George Cartwright’s Legacy and the Division of Hematology and Hematologic Malignancies
The year 2017 marks the 100th birthday of Dr. George Cartwright who served as the Chief of the Hematology Division from 1950 to 1967 and as the Chair of the Department of Internal Medicine from 1967 to 1980. Our Division celebrates him as an eminent scholar and pioneer of his field who developed the science and clinical practice of Hematology much like a blueprint for other disciplines in medicine. His colleagues and students knew him as a man of insatiable curiosity, creativity, analytical skills and perseverance. A deep thinker always ready to share ideas and to inspire his colleagues to think and develop concepts and hypotheses. An astute clinician and incredibly hard worker with a sense for the joys of life such as skiing at Alta. A kind man of integrity and tireless supporter of talent and scientific quest. As the clinical practice and science of Hematology continues to evolve in the rapidly changing landscape of genetics, rational drug design and health care transformation, our Division honors George Cartwright’s legacy and will continue to push the limits of knowledge in the clinic and in the laboratory. How did Hematology scholars like George Cartwright accomplish so much? I recall a quote from the valediction celebration of my own mentor, John Goldman, at Imperial College in 2003.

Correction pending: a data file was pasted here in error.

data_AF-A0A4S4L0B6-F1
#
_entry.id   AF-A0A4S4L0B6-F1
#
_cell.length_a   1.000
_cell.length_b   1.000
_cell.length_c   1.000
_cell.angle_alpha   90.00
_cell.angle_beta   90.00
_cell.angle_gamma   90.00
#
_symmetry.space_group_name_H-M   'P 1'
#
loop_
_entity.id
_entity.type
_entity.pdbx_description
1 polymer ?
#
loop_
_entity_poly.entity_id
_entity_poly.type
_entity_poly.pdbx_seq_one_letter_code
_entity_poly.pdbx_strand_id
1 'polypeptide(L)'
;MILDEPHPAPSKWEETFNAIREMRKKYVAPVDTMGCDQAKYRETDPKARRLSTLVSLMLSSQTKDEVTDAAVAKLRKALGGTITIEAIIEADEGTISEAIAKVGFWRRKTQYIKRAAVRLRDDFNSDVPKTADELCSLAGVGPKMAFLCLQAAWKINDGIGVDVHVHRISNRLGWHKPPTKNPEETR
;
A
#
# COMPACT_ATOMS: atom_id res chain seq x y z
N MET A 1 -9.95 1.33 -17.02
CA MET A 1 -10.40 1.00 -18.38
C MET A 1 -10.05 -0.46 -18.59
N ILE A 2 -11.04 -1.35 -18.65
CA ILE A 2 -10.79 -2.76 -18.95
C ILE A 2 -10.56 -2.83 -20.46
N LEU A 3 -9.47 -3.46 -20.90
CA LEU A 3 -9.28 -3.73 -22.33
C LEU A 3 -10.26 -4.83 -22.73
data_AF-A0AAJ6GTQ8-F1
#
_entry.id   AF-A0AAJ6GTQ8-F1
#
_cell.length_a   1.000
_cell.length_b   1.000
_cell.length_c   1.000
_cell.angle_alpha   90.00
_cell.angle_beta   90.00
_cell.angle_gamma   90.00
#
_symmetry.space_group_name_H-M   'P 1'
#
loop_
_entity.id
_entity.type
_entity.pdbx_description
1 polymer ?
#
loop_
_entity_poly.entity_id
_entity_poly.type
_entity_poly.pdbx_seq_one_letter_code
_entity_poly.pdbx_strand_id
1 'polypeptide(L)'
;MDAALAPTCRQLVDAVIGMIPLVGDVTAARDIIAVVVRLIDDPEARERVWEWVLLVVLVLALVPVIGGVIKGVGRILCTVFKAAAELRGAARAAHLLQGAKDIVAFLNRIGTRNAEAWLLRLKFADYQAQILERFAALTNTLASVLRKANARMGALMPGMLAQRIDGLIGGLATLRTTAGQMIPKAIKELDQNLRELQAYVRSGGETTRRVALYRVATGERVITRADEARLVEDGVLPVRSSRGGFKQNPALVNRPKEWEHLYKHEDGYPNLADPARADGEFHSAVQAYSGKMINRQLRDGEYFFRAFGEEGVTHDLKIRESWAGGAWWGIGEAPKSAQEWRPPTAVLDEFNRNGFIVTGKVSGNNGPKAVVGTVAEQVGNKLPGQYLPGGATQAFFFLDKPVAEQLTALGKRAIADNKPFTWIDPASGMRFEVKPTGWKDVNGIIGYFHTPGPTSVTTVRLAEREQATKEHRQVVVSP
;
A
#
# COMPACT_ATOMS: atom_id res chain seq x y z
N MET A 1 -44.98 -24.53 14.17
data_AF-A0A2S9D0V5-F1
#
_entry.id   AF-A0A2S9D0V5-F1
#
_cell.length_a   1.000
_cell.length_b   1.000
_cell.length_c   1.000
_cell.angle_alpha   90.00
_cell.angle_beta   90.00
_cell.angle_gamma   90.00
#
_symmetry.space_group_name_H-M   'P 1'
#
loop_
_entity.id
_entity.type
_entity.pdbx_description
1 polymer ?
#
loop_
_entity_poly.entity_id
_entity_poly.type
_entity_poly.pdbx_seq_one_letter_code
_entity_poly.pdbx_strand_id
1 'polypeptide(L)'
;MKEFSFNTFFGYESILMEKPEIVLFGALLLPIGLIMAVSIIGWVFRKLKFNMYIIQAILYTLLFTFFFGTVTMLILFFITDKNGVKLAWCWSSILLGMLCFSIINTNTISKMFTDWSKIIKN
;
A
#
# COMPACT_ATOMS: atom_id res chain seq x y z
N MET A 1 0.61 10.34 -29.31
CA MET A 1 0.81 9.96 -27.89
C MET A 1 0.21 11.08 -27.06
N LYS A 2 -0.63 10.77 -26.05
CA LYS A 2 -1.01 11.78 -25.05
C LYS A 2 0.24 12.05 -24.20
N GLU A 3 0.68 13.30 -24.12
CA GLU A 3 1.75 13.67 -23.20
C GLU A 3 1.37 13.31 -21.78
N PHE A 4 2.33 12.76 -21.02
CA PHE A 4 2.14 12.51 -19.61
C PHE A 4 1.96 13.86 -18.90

The heights by great men reached and kept Were not attained by sudden flight. But they, while their companions slept, Were toiling upward in the night.
--Henry Wadsworth Longfellow
No doubt George Cartwright fits this bill.
Michael Deininger MD PhD
Professor and Former Chief of Hematology
and Hematologic Malignancies
John W. Athens Memorial Lecture
The first John W. Athens Memorial Lecture was held on October 4, 2017 in the Eccles Institute of Human Genetics at the University of Utah featuring Dr. Harry S. Jacob and Dr. John Harlan. Dr. Jack Athens died suddenly this past June 1, 2017. Dr. Athens was Chief of the Division of Hematology from 1967 to 1987. Drs. Jacob and Harlan reviewed the impressive scientific contributions of Dr. Athens on discovering the marginated pool of neutrophils. His discoveries motivated the subsequent research of both Drs. Jacob and Harlan. Read the memorial tribute to John W. Athens